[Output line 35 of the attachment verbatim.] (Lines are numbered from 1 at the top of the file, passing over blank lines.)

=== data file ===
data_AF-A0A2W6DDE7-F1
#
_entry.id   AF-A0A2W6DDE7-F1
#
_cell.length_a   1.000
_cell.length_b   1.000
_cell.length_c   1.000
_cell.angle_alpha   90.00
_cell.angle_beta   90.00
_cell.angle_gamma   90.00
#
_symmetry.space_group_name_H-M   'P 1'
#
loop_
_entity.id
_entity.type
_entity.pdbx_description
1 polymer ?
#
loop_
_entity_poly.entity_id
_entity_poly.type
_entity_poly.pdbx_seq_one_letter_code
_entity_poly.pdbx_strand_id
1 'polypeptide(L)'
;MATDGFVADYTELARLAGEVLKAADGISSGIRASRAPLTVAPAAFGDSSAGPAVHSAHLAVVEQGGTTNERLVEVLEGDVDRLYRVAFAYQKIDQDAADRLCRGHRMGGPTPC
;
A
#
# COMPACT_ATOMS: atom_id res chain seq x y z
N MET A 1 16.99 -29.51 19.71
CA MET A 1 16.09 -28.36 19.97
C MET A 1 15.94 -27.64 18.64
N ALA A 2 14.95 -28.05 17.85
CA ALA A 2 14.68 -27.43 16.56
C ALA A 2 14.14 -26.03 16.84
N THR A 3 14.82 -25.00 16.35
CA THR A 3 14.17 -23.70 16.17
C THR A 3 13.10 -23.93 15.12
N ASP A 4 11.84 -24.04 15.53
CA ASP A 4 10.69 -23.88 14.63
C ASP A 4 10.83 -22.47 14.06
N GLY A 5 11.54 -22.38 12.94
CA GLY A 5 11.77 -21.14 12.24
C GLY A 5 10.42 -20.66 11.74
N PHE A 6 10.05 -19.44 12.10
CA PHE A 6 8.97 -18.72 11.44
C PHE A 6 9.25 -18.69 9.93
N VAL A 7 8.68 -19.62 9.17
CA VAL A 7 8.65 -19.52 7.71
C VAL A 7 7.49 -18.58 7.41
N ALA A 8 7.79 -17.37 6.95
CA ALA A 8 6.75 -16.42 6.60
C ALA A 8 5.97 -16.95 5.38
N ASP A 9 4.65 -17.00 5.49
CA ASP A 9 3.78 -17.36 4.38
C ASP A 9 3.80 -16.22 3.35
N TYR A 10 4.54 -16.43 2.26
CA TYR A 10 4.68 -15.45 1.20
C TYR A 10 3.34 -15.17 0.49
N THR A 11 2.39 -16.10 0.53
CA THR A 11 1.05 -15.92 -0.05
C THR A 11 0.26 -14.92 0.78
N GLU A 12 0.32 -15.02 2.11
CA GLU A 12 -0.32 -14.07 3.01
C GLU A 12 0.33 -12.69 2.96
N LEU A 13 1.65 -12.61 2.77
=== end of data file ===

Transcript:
CA ALA A 2 14.68 -27.43 16.56